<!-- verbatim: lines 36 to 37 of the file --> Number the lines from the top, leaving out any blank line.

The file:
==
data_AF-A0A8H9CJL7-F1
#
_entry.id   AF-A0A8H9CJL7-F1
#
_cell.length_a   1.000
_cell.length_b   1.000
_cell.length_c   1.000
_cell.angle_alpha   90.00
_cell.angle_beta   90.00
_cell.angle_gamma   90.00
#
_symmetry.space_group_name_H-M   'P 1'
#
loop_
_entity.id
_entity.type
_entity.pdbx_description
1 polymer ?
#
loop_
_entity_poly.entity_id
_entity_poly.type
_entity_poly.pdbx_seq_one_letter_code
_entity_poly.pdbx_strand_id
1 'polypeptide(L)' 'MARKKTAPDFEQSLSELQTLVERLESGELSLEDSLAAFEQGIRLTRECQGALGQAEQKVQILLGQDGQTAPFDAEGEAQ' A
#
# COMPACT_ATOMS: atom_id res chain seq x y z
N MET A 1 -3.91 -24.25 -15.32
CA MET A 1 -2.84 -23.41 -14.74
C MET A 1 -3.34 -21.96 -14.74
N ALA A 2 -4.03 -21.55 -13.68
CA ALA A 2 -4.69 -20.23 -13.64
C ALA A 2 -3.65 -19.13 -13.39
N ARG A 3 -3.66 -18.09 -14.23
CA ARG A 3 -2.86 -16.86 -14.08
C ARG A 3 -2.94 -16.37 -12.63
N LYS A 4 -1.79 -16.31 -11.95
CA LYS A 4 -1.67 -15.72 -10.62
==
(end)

C ARG A 3 -2.94 -16.37 -12.63
N LYS A 4 -1.79 -16.31 -11.95